The gods of Ariel know they are not real. Created by man’s wishing, they exist by a fluke of geology on a planet far from Earth. And yet ... even knowing why they exist, they are driven to fulfill their purpose, to be what men expect them to be. Fate, too, is driven, but to an end her immortal fellows neither know nor guess. Like them, she must use the tools at hand, and her tool is named Alarion Aravon. Youngest son of House Aravon, a prince without portfolio, he become’s Fate’s unwitting arrow, aimed at the heart of the festering rot on a planet too long divided against itself.  But Alarion, faced with the destruction of everything he holds dear, intends to start a new game...



When the gods scheme, mortals should just get out of the way... Follow suebthewriter on Twitter




Silent as smoke, a wind that was not a wind swept boldly through the gathering dusk. Laden with the chill of the desert night, it slid through towering rocks smoldering in every color of the sunset sinking to ash in the west. It ruffled the red sand shaken from the broken hills; rattled the spindly gray spines of a hayak bush; killed a curious borer rat sniffing the indifferent skirts of the breeze as it passed. Finally it whispered into being atop a hilltop cloven long ago by some tantrum of nature. In the fading pearl dusk, orange robes gathered themselves from nothing, shaping nothing, and yet . . . something.

"You are late," Seev's voice sulked, a petulant hiss out of the dusk.

Slim, long-fingered hands took shape at the ends of orange sleeves, plucking voluminous folds into order. "I did not have to come at all, brother." Fate's voice was no warmer than the wind.

Seev shaped himself from the sand, a hulking, faceless thing in robes the color of old blood. "It is time. You promised me."

"Ah? Are you taking to yourself my prerogatives now, foretelling when and how mortals should die?"

The god of death paused, a slight, fatal hesitation. Fate drew back her hood and smiled at him. Seev shrank visibly.

"I thought not." Fate's chill, ivory face, perfect as the darkening arch of sky overhead, tilted sideways. "Stoneshaker has corrupted you." And when the huddled, bloody robes stirred in protest, her laugh froze the ayak. "Do you think I haven't watched you conspiring together? You are greedy, brother. Have the grace to acknowledge it."

"You promised me an Aravoni. When the youngest was born, even you said House Aravon was now over-blessed with sons."

"You have already claimed an Aravoni. Can you not be content with the father?'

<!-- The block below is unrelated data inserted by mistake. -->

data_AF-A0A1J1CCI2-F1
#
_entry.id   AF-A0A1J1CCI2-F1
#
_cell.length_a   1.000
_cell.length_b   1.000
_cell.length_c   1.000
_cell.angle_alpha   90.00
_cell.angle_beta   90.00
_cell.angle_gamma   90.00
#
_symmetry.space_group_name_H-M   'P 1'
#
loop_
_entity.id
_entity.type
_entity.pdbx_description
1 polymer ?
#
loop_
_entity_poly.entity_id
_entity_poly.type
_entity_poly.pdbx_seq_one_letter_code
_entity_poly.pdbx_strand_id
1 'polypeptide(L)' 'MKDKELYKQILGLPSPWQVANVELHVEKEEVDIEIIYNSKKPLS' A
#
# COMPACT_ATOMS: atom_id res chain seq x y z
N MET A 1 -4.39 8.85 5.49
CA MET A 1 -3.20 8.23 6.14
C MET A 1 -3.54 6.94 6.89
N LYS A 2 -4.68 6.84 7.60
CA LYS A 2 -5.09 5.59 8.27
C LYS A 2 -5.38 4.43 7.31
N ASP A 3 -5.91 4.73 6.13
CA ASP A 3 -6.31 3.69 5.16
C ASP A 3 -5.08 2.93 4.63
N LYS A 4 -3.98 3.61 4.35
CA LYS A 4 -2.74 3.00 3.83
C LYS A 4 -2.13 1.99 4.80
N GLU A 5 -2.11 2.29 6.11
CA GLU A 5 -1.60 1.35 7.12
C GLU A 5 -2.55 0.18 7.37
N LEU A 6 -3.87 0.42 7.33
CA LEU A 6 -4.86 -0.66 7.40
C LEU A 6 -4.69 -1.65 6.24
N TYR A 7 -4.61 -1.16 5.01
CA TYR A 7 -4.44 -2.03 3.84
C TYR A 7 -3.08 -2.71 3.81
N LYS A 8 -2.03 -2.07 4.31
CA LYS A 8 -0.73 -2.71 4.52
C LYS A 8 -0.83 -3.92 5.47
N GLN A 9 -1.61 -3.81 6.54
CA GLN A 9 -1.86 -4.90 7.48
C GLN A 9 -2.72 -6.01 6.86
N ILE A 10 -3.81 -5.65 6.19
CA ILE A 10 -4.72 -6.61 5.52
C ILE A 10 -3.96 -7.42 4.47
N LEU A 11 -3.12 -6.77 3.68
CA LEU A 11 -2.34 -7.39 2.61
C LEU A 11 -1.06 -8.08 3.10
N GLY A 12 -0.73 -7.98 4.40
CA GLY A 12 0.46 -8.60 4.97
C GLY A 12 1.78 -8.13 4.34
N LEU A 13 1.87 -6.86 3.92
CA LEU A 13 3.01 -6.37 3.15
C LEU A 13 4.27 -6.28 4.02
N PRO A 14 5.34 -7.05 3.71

"His death is long forgotten. It is of no profit to me. You promised!"

Fate turned her face away, her strange, amber eyes brooding into the north. "I remember."

"Then choose." Seev lifted his head, the blood-colored robes falling together over the empty air where his face should be. "Or is it that you cannot? House Aravon has ever been your favorite. For too long, say I."

"Because they scorn your best traps and laugh in your face when you finally win." Fate looked around then, and laughed as sand swirled up around her with an angry hiss. But her smile faded when the sand rained back in a spray like blood across the blue-purple stone at her feet. Blue for House Aravon. Blood for a death she owed.

She sighed, gusting wind down the hillside to trouble a sand farmer a dozen kay away with its unseasonable chill. Seev stirred, sensing victory. "Shall I choose for you?"

"Are you but Stoneshaker's hound, then?" Her contempt sent him shrinking to the far edge of the broken hill. At his feet a sheer cliff gaped over a valley ringed close with jagged stumps of hills around an oddly smooth floor. "I know which you would choose. He is mine. Of the other two--"

She spread her long fingers wide, erasing the dusk and the hillside and the vivid rocks of An-Utah. Three faces laughed at her out of the night, young men striking in their beauty. Seev stirred behind her. His eagerness to set a royal house mourning disgusted her; to spite him she tarried, studying these three upon whom hung so much: the smiling eldest with hair the color of grain in a harvest basket and eyes the midnight blue of his house; the second tawny as a trafe, wide-shouldered and solid, steady-eyed as a hound; the youngest with eyes the deep violet of the top of the sky and hair like molten silver tinged with gold. Eldest to youngest, there could be no doubt they were brothers, and brothers of that rarest kind in Sevakand, three who had no quarrel with each other.

Fate sighed again, so softly it--almost--went unregarded by Seev. Regretfully she closed her fist. One of the faces shivered, and vanished.

"You may have that one."


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